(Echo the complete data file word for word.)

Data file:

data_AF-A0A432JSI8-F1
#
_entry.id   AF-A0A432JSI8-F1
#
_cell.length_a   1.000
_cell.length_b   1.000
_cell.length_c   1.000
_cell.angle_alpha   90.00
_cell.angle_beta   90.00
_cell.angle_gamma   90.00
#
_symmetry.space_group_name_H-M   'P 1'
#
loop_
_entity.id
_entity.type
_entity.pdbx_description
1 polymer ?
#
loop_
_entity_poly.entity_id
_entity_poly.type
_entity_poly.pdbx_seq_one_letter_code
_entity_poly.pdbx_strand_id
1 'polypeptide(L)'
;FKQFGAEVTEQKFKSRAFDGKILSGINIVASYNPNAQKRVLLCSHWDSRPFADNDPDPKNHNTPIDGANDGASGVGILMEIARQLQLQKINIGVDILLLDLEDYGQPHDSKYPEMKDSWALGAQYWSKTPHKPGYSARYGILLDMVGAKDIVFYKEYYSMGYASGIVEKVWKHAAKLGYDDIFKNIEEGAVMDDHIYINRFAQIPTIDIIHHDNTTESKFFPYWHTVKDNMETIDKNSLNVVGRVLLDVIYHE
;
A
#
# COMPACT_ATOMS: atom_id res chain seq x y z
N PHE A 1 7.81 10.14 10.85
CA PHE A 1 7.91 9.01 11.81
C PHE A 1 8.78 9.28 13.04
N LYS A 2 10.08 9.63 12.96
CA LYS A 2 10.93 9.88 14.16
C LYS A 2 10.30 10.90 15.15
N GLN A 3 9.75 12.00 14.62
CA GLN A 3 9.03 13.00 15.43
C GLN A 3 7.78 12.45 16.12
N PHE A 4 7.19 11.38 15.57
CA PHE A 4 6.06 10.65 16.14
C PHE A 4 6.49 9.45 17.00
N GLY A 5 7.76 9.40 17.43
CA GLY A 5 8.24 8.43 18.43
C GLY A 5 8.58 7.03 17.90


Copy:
data_AF-A0A432JSI8-F1
#
_entry.id   AF-A0A432JSI8-F1
#
_cell.length_a   1.000
_cell.length_b   1.000
_cell.length_c   1.000
_cell.angle_alpha   90.00
_cell.angle_beta   90.00
_cell.angle_gamma   90.00
#
_symmetry.space_group_name_H-M   'P 1'
#
loop_
_entity.id
_entity.type
_entity.pdbx_description
1 polymer ?
#
loop_
_entity_poly.entity_id
_entity_poly.type
_entity_poly.pdbx_seq_one_letter_code
_entity_poly.pdbx_strand_id
1 'polypeptide(L)'
;FKQFGAEVTEQKFKSRAFDGKILSGINIVASYNPNAQKRVLLCSHWDSRPFADNDPDPKNHNTPIDGANDGASGVGILMEIARQLQLQKINIGVDILLLDLEDYGQPHDSKYPEMKDSWALGAQYWSKTPHKPGYSARYGILLDMVGAKDIVFYKEYYSMGYASGIVEKVWKHAAKLGYDDIFKNIEEGAVMDDHIYINRFAQIPTIDIIHHDNTTESKFFPYWHTVKDNMETIDKNSLNVVGRVLLDVIYHE
;
A
#
# COMPACT_ATOMS: atom_id res chain seq x y z
N PHE A 1 7.81 10.14 10.85
CA PHE A 1 7.91 9.01 11.81
C PHE A 1 8.78 9.28 13.04
N LYS A 2 10.08 9.63 12.96
CA LYS A 2 10.93 9.88 14.16
C LYS A 2 10.30 10.90 15.15
N GLN A 3 9.75 12.00 14.62
CA GLN A 3 9.03 13.00 15.43
C GLN A 3 7.78 12.45 16.12
N PHE A 4 7.19 11.38 15.57
CA PHE A 4 6.06 10.65 16.14
C PHE A 4 6.49 9.45 17.00
N GLY A 5 7.76 9.40 17.43
CA GLY A 5 8.24 8.43 18.43
C GLY A 5 8.58 7.03 17.90